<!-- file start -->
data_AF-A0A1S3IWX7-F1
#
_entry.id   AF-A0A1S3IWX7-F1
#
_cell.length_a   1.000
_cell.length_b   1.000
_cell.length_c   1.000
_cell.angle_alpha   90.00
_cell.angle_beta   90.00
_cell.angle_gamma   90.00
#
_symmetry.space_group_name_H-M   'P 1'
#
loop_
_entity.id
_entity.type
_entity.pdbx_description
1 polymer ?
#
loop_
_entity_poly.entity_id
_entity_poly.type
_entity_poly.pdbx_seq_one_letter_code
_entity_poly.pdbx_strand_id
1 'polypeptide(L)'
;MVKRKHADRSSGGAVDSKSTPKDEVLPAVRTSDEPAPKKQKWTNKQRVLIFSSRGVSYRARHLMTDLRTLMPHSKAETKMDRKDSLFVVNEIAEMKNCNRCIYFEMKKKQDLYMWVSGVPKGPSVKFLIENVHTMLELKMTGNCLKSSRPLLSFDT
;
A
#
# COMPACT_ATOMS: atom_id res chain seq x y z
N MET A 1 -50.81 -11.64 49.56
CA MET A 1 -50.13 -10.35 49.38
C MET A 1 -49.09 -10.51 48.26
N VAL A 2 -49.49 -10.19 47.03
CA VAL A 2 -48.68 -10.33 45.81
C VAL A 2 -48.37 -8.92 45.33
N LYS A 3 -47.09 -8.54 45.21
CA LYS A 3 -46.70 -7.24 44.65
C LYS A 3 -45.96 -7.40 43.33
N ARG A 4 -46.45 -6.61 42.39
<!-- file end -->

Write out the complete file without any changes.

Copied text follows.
data_AF-A0A1S3IWX7-F1
#
_entry.id   AF-A0A1S3IWX7-F1
#
_cell.length_a   1.000
_cell.length_b   1.000
_cell.length_c   1.000
_cell.angle_alpha   90.00
_cell.angle_beta   90.00
_cell.angle_gamma   90.00
#
_symmetry.space_group_name_H-M   'P 1'
#
loop_
_entity.id
_entity.type
_entity.pdbx_description
1 polymer ?
#
loop_
_entity_poly.entity_id
_entity_poly.type
_entity_poly.pdbx_seq_one_letter_code
_entity_poly.pdbx_strand_id
1 'polypeptide(L)'
;MVKRKHADRSSGGAVDSKSTPKDEVLPAVRTSDEPAPKKQKWTNKQRVLIFSSRGVSYRARHLMTDLRTLMPHSKAETKMDRKDSLFVVNEIAEMKNCNRCIYFEMKKKQDLYMWVSGVPKGPSVKFLIENVHTMLELKMTGNCLKSSRPLLSFDT
;
A
#
# COMPACT_ATOMS: atom_id res chain seq x y z
N MET A 1 -50.81 -11.64 49.56
CA MET A 1 -50.13 -10.35 49.38
C MET A 1 -49.09 -10.51 48.26
N VAL A 2 -49.49 -10.19 47.03
CA VAL A 2 -48.68 -10.33 45.81
C VAL A 2 -48.37 -8.92 45.33
N LYS A 3 -47.09 -8.54 45.21
CA LYS A 3 -46.70 -7.24 44.65
C LYS A 3 -45.96 -7.40 43.33
N ARG A 4 -46.45 -6.61 42.39